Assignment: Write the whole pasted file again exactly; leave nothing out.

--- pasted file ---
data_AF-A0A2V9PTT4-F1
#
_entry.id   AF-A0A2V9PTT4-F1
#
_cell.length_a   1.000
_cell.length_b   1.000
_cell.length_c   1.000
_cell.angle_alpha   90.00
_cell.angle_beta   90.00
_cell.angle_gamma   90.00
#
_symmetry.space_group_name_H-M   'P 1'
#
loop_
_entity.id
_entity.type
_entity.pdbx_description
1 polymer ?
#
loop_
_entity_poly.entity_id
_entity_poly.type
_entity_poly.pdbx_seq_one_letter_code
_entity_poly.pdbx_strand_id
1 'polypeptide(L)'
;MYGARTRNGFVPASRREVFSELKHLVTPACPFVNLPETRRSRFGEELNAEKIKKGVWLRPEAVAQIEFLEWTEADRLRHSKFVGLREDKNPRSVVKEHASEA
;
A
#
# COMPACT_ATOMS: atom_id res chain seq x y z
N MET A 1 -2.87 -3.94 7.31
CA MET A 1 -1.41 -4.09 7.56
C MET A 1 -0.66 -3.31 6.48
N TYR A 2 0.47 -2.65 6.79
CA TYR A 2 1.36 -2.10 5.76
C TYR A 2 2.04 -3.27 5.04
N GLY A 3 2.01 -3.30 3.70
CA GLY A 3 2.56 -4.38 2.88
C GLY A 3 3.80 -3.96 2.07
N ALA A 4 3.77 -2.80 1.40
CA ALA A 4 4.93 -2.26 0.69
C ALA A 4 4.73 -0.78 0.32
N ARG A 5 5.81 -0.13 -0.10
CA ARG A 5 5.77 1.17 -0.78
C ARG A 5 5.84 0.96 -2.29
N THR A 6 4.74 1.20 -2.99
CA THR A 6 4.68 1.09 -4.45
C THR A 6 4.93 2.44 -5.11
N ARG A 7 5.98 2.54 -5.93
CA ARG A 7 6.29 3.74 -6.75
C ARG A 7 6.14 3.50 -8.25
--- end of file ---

data_AF-A0A2V9PTT4-F1
#
_entry.id   AF-A0A2V9PTT4-F1
#
_cell.length_a   1.000
_cell.length_b   1.000
_cell.length_c   1.000
_cell.angle_alpha   90.00
_cell.angle_beta   90.00
_cell.angle_gamma   90.00
#
_symmetry.space_group_name_H-M   'P 1'
#
loop_
_entity.id
_entity.type
_entity.pdbx_description
1 polymer ?
#
loop_
_entity_poly.entity_id
_entity_poly.type
_entity_poly.pdbx_seq_one_letter_code
_entity_poly.pdbx_strand_id
1 'polypeptide(L)'
;MYGARTRNGFVPASRREVFSELKHLVTPACPFVNLPETRRSRFGEELNAEKIKKGVWLRPEAVAQIEFLEWTEADRLRHSKFVGLREDKNPRSVVKEHASEA
;
A
#
# COMPACT_ATOMS: atom_id res chain seq x y z
N MET A 1 -2.87 -3.94 7.31
CA MET A 1 -1.41 -4.09 7.56
C MET A 1 -0.66 -3.31 6.48
N TYR A 2 0.47 -2.65 6.79
CA TYR A 2 1.36 -2.10 5.76
C TYR A 2 2.04 -3.27 5.04
N GLY A 3 2.01 -3.30 3.70
CA GLY A 3 2.56 -4.38 2.88
C GLY A 3 3.80 -3.96 2.07
N ALA A 4 3.77 -2.80 1.40
CA ALA A 4 4.93 -2.26 0.69
C ALA A 4 4.73 -0.78 0.32
N ARG A 5 5.81 -0.13 -0.10
CA ARG A 5 5.77 1.17 -0.78
C ARG A 5 5.84 0.96 -2.29
N THR A 6 4.74 1.20 -2.99
CA THR A 6 4.68 1.09 -4.45
C THR A 6 4.93 2.44 -5.11
N ARG A 7 5.98 2.54 -5.93
CA ARG A 7 6.29 3.74 -6.75
C ARG A 7 6.14 3.50 -8.25